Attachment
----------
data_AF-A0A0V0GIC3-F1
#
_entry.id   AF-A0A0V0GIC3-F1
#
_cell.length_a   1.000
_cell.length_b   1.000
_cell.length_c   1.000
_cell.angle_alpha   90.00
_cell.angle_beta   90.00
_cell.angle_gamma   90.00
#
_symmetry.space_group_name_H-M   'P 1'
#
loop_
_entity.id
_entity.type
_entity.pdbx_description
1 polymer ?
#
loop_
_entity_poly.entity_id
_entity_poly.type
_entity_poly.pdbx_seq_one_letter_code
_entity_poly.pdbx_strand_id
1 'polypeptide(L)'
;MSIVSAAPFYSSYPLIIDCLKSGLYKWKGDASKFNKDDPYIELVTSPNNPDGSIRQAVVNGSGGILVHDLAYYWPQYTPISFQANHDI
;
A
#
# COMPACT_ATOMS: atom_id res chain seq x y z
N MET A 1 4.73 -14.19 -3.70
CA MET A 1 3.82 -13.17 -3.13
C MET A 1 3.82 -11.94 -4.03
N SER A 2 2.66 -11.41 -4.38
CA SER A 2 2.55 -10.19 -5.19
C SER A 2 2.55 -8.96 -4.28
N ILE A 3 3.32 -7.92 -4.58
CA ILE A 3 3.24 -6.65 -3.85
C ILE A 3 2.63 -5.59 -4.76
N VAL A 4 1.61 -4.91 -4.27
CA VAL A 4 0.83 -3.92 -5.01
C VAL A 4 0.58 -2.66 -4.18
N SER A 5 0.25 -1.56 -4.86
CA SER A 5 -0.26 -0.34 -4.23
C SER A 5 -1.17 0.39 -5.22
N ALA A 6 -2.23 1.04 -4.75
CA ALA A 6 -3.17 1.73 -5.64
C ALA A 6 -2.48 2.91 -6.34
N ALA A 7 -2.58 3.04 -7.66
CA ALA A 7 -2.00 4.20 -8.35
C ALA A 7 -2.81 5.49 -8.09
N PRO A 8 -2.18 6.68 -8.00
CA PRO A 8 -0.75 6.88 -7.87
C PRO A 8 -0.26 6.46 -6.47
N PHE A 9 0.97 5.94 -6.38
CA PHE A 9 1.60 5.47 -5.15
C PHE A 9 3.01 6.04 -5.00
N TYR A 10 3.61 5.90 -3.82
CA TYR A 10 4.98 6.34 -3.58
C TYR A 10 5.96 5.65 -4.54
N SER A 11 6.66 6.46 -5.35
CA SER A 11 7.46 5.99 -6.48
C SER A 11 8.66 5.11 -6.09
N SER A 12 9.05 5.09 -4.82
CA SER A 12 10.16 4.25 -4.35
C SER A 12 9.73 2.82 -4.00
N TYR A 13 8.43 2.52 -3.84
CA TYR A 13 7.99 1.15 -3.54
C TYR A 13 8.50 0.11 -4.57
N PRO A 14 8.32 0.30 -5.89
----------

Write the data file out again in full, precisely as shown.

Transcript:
data_AF-A0A0V0GIC3-F1
#
_entry.id   AF-A0A0V0GIC3-F1
#
_cell.length_a   1.000
_cell.length_b   1.000
_cell.length_c   1.000
_cell.angle_alpha   90.00
_cell.angle_beta   90.00
_cell.angle_gamma   90.00
#
_symmetry.space_group_name_H-M   'P 1'
#
loop_
_entity.id
_entity.type
_entity.pdbx_description
1 polymer ?
#
loop_
_entity_poly.entity_id
_entity_poly.type
_entity_poly.pdbx_seq_one_letter_code
_entity_poly.pdbx_strand_id
1 'polypeptide(L)'
;MSIVSAAPFYSSYPLIIDCLKSGLYKWKGDASKFNKDDPYIELVTSPNNPDGSIRQAVVNGSGGILVHDLAYYWPQYTPISFQANHDI
;
A
#
# COMPACT_ATOMS: atom_id res chain seq x y z
N MET A 1 4.73 -14.19 -3.70
CA MET A 1 3.82 -13.17 -3.13
C MET A 1 3.82 -11.94 -4.03
N SER A 2 2.66 -11.41 -4.38
CA SER A 2 2.55 -10.19 -5.19
C SER A 2 2.55 -8.96 -4.28
N ILE A 3 3.32 -7.92 -4.58
CA ILE A 3 3.24 -6.65 -3.85
C ILE A 3 2.63 -5.59 -4.76
N VAL A 4 1.61 -4.91 -4.27
CA VAL A 4 0.83 -3.92 -5.01
C VAL A 4 0.58 -2.66 -4.18
N SER A 5 0.25 -1.56 -4.86
CA SER A 5 -0.26 -0.34 -4.23
C SER A 5 -1.17 0.39 -5.22
N ALA A 6 -2.23 1.04 -4.75
CA ALA A 6 -3.17 1.73 -5.64
C ALA A 6 -2.48 2.91 -6.34
N ALA A 7 -2.58 3.04 -7.66
CA ALA A 7 -2.00 4.20 -8.35
C ALA A 7 -2.81 5.49 -8.09
N PRO A 8 -2.18 6.68 -8.00
CA PRO A 8 -0.75 6.88 -7.87
C PRO A 8 -0.26 6.46 -6.47
N PHE A 9 0.97 5.94 -6.38
CA PHE A 9 1.60 5.47 -5.15
C PHE A 9 3.01 6.04 -5.00
N TYR A 10 3.61 5.90 -3.82
CA TYR A 10 4.98 6.34 -3.58
C TYR A 10 5.96 5.65 -4.54
N SER A 11 6.66 6.46 -5.35
CA SER A 11 7.46 5.99 -6.48
C SER A 11 8.66 5.11 -6.09
N SER A 12 9.05 5.09 -4.82
CA SER A 12 10.16 4.25 -4.35
C SER A 12 9.73 2.82 -4.00
N TYR A 13 8.43 2.52 -3.84
CA TYR A 13 7.99 1.15 -3.54
C TYR A 13 8.50 0.11 -4.57
N PRO A 14 8.32 0.30 -5.89